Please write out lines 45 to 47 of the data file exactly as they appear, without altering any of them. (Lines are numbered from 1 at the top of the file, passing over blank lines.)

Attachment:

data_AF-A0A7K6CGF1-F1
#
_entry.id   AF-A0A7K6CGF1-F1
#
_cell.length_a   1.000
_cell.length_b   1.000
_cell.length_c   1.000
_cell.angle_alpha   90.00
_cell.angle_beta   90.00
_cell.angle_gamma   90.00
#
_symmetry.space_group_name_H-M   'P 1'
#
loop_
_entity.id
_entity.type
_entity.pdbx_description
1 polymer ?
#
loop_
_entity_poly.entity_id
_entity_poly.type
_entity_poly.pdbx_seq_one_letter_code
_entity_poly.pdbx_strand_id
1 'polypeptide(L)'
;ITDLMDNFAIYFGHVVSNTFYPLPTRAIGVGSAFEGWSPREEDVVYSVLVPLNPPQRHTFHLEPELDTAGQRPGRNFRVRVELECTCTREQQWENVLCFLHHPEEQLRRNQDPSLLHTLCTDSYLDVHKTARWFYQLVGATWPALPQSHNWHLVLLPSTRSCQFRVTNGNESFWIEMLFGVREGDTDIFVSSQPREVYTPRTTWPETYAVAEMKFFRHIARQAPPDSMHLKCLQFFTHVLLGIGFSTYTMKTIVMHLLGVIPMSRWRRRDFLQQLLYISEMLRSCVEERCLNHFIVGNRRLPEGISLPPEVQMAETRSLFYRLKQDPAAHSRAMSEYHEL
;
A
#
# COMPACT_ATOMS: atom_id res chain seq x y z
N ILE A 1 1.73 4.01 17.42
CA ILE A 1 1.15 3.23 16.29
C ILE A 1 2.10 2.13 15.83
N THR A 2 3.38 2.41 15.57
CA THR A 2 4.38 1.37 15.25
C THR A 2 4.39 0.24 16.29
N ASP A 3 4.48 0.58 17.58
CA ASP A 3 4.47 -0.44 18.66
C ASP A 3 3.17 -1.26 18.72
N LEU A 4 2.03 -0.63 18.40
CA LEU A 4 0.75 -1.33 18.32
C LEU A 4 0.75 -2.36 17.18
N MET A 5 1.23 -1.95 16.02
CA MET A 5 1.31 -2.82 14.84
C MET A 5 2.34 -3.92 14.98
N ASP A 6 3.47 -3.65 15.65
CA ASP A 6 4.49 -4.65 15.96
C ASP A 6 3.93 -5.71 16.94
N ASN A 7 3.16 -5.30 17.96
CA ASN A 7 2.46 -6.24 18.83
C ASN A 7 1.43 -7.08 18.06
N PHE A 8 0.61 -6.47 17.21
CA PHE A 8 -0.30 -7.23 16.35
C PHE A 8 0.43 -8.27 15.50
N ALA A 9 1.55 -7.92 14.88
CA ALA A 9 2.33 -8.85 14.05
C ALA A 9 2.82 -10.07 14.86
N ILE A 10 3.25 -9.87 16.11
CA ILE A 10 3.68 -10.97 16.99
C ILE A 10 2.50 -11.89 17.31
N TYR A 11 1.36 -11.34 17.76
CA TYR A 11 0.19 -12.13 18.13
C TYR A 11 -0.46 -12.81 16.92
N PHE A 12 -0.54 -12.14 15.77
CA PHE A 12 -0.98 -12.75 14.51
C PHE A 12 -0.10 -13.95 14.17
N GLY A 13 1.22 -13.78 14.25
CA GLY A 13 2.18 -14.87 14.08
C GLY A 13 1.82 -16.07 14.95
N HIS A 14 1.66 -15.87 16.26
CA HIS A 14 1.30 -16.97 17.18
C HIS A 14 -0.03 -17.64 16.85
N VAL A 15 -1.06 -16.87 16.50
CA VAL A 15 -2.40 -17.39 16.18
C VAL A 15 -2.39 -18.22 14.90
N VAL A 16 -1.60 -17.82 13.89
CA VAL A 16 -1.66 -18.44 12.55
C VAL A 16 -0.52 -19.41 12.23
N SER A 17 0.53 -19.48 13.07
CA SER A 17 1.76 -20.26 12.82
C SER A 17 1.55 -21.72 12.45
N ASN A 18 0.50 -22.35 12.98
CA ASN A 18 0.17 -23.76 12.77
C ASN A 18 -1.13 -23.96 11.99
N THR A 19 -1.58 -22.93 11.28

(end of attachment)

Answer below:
C MET A 5 2.34 -3.92 14.98
N ASP A 6 3.47 -3.65 15.65
CA ASP A 6 4.49 -4.65 15.96